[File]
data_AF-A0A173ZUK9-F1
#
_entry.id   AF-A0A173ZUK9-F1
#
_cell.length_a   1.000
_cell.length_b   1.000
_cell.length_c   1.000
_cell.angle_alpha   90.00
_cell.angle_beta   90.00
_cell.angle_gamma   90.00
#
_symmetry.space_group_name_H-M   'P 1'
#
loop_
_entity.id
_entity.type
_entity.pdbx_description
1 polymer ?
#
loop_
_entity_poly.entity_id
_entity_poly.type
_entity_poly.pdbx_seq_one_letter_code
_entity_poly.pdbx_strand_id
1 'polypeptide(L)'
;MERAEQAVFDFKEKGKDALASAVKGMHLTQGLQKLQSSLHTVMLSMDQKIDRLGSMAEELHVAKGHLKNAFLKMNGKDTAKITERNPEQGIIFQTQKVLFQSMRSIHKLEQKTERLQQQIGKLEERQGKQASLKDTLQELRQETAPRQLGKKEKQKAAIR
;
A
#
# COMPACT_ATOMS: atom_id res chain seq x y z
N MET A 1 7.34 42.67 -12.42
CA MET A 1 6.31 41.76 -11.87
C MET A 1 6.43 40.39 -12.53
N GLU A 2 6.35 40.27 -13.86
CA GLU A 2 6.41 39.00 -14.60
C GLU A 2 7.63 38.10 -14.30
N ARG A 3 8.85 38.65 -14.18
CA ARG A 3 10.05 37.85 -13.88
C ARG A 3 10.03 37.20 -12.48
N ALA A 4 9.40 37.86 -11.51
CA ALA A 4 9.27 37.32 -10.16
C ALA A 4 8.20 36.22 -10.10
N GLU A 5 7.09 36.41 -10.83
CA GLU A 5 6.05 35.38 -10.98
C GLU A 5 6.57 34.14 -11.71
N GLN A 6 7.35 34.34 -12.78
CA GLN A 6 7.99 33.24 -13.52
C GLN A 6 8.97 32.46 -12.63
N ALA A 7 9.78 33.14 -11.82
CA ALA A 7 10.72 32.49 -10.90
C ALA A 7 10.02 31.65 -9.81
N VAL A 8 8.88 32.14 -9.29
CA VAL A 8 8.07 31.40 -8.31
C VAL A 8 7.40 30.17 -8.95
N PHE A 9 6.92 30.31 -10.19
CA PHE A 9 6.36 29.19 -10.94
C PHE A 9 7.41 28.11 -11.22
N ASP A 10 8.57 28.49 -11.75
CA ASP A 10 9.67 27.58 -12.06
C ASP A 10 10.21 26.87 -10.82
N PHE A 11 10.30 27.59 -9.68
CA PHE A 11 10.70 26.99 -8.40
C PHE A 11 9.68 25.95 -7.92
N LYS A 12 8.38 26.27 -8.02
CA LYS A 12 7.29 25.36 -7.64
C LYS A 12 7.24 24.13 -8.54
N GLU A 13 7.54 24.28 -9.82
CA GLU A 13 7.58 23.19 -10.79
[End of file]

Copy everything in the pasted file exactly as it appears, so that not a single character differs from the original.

data_AF-A0A173ZUK9-F1
#
_entry.id   AF-A0A173ZUK9-F1
#
_cell.length_a   1.000
_cell.length_b   1.000
_cell.length_c   1.000
_cell.angle_alpha   90.00
_cell.angle_beta   90.00
_cell.angle_gamma   90.00
#
_symmetry.space_group_name_H-M   'P 1'
#
loop_
_entity.id
_entity.type
_entity.pdbx_description
1 polymer ?
#
loop_
_entity_poly.entity_id
_entity_poly.type
_entity_poly.pdbx_seq_one_letter_code
_entity_poly.pdbx_strand_id
1 'polypeptide(L)'
;MERAEQAVFDFKEKGKDALASAVKGMHLTQGLQKLQSSLHTVMLSMDQKIDRLGSMAEELHVAKGHLKNAFLKMNGKDTAKITERNPEQGIIFQTQKVLFQSMRSIHKLEQKTERLQQQIGKLEERQGKQASLKDTLQELRQETAPRQLGKKEKQKAAIR
;
A
#
# COMPACT_ATOMS: atom_id res chain seq x y z
N MET A 1 7.34 42.67 -12.42
CA MET A 1 6.31 41.76 -11.87
C MET A 1 6.43 40.39 -12.53
N GLU A 2 6.35 40.27 -13.86
CA GLU A 2 6.41 39.00 -14.60
C GLU A 2 7.63 38.10 -14.30
N ARG A 3 8.85 38.65 -14.18
CA ARG A 3 10.05 37.85 -13.88
C ARG A 3 10.03 37.20 -12.48
N ALA A 4 9.40 37.86 -11.51
CA ALA A 4 9.27 37.32 -10.16
C ALA A 4 8.20 36.22 -10.10
N GLU A 5 7.09 36.41 -10.83
CA GLU A 5 6.05 35.38 -10.98
C GLU A 5 6.57 34.14 -11.71
N GLN A 6 7.35 34.34 -12.78
CA GLN A 6 7.99 33.24 -13.52
C GLN A 6 8.97 32.46 -12.63
N ALA A 7 9.78 33.14 -11.82
CA ALA A 7 10.72 32.49 -10.90
C ALA A 7 10.02 31.65 -9.81
N VAL A 8 8.88 32.14 -9.29
CA VAL A 8 8.07 31.40 -8.31
C VAL A 8 7.40 30.17 -8.95
N PHE A 9 6.92 30.31 -10.19
CA PHE A 9 6.36 29.19 -10.94
C PHE A 9 7.41 28.11 -11.22
N ASP A 10 8.57 28.49 -11.75
CA ASP A 10 9.67 27.58 -12.06
C ASP A 10 10.21 26.87 -10.82
N PHE A 11 10.30 27.59 -9.68
CA PHE A 11 10.70 26.99 -8.40
C PHE A 11 9.68 25.95 -7.92
N LYS A 12 8.38 26.27 -8.02
CA LYS A 12 7.29 25.36 -7.64
C LYS A 12 7.24 24.13 -8.54
N GLU A 13 7.54 24.28 -9.82
CA GLU A 13 7.58 23.19 -10.79